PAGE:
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The idea of the incompressibility method is that an incompressible input satisfies certain properties that can be helpful in the analysis. In your case, the complexity of the algorithm depends on how many characters appear in the string. When processing the $k$th character, the "running time" (or rather its proxy, the number of comparisons when checking the list) is $\approx \alpha_k/2$ comparisons on average, where $\alpha_k$ is the number of different characters that have been seen so far. In order to estimate $\alpha_k$, note that we can encode the first $k$ characters using roughly $8\alpha_k + k\log \alpha_k$ bits, and we deduce that $8\alpha_k + k\log_2 \alpha_k \geq 8k$. Hence unless $k$ is very small, $\alpha_k$ has to be very close to $256$, and we can deduce that there are on average $128$ comparisons per character. We can use the inequality to determine how large $k$ needs to be, and also what happens when $k$ is small.

The reason we are trying to count the exact complexity in the case of your algorithm is that its worst-case and best-case running times are both $\Theta(n)$. We used incompressibility to estimate $\alpha_k$, which can also be estimated directly using probabilistic methods, but the incompressibility calculation is probably simpler. Still, incompressibility doesn't obviate the need to analyze the algorithm probabilistically – it just makes the analysis more tractable in some cases.

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  • $\begingroup$ Thanks for that excellent answer, Yuval. I was under the false impression that the incompressibility method can serve as a direct replacement for the probabilistic analysis. I believe your answer and Juho's comment are important to highlight that it can only simplify analysis in some cases. $\endgroup$ – user3813812 Dec 23 '14 at 16:00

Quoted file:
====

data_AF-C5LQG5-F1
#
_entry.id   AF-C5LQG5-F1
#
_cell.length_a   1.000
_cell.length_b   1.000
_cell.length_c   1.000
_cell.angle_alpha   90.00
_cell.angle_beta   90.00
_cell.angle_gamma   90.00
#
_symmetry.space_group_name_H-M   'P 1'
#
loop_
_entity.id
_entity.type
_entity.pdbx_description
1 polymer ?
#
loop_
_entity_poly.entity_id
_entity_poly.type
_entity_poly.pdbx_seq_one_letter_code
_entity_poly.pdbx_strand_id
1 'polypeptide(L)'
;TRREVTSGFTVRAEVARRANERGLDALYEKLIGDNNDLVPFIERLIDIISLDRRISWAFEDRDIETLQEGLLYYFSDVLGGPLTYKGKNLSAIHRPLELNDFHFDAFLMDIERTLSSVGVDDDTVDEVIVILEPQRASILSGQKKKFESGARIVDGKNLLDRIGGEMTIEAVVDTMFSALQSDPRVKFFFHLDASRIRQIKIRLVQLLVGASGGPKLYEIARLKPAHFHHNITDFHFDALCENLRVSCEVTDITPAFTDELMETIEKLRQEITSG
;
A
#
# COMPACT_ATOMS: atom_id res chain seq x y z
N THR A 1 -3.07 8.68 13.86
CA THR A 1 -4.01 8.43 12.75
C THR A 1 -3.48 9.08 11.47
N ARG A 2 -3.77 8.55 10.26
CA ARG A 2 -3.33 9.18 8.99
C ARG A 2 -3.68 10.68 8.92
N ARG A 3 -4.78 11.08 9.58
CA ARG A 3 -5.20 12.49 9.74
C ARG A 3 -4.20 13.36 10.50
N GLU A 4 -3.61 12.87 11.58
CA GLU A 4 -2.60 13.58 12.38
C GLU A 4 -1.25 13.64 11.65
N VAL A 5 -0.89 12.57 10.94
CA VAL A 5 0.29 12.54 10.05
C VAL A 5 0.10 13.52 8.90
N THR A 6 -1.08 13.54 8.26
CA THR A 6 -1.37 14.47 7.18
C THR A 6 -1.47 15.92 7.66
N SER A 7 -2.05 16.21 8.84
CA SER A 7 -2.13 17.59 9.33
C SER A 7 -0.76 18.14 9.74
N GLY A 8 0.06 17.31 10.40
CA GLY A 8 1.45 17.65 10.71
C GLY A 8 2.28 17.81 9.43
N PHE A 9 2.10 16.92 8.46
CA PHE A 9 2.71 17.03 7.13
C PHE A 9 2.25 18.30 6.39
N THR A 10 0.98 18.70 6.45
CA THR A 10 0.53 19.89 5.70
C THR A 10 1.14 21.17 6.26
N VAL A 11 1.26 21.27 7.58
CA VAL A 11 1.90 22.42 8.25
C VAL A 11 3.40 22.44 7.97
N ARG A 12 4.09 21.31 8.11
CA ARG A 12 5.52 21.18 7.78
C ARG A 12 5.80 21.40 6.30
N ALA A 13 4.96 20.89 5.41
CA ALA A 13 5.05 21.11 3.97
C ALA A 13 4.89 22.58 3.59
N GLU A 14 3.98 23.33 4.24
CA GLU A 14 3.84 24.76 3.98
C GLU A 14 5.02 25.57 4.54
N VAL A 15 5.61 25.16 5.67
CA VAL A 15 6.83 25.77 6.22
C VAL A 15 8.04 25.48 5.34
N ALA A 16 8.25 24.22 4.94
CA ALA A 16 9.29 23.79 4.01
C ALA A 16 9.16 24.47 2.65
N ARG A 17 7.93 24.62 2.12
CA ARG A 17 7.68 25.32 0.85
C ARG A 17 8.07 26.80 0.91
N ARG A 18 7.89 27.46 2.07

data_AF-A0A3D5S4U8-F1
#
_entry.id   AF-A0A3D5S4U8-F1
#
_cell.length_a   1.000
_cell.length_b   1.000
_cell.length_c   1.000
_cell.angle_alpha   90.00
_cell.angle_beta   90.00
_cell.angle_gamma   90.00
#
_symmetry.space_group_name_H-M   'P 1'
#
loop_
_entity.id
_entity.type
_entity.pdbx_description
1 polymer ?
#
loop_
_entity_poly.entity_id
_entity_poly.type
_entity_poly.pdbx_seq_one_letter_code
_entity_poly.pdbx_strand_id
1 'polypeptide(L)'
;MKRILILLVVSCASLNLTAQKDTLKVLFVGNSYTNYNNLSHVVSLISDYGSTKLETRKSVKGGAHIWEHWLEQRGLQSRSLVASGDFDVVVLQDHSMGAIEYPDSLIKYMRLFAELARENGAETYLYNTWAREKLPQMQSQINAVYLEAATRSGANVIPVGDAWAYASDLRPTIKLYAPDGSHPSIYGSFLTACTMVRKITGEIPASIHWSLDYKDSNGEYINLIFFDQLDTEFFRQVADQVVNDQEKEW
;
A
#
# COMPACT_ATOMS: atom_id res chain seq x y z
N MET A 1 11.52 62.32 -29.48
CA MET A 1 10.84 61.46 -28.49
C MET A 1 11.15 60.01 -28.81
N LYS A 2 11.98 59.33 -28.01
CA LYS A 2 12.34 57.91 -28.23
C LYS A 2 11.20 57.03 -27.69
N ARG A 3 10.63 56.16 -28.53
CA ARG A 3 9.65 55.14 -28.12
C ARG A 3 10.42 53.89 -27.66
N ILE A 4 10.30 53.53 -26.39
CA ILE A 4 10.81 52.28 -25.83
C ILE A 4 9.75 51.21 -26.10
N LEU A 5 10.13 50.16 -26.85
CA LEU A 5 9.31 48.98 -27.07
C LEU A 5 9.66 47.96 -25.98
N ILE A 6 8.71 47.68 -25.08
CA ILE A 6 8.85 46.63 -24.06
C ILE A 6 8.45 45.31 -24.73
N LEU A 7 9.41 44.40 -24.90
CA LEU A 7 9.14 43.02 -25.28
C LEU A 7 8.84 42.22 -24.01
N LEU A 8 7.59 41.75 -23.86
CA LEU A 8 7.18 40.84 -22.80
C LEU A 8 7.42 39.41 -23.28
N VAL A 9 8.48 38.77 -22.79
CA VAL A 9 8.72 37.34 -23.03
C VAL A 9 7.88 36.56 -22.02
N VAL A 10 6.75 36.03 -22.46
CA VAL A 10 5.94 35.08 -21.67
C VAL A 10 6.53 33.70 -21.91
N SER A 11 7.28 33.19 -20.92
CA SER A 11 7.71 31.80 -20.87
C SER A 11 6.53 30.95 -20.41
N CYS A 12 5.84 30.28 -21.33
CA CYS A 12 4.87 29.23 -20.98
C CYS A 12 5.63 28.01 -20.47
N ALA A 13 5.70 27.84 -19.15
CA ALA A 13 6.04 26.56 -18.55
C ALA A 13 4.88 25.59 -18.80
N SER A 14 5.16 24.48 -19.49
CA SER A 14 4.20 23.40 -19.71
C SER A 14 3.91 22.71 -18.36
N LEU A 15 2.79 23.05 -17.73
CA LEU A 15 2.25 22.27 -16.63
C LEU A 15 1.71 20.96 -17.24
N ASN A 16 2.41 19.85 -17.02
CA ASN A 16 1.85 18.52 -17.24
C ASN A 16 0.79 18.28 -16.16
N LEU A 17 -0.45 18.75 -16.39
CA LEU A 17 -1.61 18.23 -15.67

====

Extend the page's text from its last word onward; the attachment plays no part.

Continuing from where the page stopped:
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As a further comment (but slightly longer than an actual comment) on the accepted answer:

  1. Kolmogorov Complexity (or Algorithmic Complexity) deals with optimal descriptions of "strings" (in the general sense of strings as sequences of symbols)

  2. A string is (sufficiently) incompressible or (sufficiently) algorithmicaly random if its (algorithmic) description (kolmogorov comlplexity K) is not less than its (literal) size. In other words the optimal description of the string, is the string itself.

  3. Major result of the theory is that most strings are (algorithmicaly) random (or typical) (which is also related to other areas like Goedel's Theorems, through Chaitin's work)

  4. Kolmogorov Complexity is related to Probabilistic (or Shannon) Entropy, in fact Entropy is an upper bound on KC. And this relates analysis based on descriptive complexity to probabilistic-based analysis. They can be inter-changeable.

  5. Sometimes it might be easier to use probabilisrtic analysis, others descriptive complexity (views of the same lets say)

So in the light of the above, assuming an algorithmicaly random input to an algorithm, one asumes the following:

  1. The input is typical, thus the analysis describes average-case scenario (point 3 above)
  2. The input size is related in certain way to its probability (point 2 above)
  3. One can pass from algorithmic view to probabilistic view (point 4 above)